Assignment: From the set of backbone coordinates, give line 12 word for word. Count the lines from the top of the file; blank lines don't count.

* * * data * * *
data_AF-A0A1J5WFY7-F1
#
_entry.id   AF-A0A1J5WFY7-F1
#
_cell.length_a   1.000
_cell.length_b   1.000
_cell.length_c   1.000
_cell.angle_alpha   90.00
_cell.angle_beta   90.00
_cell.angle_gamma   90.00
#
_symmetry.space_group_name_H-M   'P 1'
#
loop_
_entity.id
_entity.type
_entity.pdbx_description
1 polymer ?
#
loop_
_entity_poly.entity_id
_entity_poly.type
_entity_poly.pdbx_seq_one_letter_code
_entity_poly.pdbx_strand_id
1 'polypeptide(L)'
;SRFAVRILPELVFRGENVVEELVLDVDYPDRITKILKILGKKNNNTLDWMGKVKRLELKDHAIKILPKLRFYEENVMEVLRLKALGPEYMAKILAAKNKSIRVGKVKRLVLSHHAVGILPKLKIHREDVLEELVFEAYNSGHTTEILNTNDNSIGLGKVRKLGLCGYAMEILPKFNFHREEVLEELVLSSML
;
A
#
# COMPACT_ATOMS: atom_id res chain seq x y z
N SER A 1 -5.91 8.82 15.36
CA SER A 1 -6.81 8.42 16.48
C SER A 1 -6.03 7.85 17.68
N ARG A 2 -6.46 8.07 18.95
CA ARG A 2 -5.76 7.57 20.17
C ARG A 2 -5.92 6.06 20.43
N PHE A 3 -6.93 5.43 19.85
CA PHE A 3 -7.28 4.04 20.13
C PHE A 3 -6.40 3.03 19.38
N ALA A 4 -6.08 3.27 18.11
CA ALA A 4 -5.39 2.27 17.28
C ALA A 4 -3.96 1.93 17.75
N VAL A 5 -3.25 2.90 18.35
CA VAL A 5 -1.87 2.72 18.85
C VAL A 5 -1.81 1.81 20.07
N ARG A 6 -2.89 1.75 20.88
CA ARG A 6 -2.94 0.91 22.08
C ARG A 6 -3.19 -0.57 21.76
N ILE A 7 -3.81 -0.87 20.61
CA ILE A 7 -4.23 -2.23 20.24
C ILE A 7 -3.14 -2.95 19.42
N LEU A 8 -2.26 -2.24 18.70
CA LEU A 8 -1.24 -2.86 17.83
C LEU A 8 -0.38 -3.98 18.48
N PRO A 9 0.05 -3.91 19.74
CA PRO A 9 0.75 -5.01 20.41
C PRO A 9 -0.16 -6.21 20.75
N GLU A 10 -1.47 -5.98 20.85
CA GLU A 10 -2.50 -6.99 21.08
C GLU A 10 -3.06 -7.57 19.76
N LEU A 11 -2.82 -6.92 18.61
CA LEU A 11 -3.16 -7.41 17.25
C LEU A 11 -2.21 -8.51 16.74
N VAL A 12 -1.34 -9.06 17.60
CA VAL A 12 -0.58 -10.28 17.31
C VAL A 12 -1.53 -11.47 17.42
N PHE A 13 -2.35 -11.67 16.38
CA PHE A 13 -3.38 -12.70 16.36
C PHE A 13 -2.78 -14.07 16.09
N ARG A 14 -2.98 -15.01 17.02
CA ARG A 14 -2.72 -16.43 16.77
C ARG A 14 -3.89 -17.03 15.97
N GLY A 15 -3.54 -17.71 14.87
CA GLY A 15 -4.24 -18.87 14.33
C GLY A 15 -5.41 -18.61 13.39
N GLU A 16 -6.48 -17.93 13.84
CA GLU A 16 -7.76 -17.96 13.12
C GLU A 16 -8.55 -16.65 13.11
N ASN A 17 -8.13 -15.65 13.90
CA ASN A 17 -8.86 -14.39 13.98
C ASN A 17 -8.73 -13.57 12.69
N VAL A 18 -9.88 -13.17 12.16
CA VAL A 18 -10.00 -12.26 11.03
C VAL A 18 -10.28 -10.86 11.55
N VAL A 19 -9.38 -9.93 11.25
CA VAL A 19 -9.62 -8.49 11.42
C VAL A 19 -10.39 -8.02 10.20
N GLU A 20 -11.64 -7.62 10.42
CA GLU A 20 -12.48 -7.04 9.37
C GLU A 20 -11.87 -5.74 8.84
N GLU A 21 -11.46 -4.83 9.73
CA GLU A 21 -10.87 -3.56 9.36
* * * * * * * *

_symmetry.space_group_name_H-M   'P 1'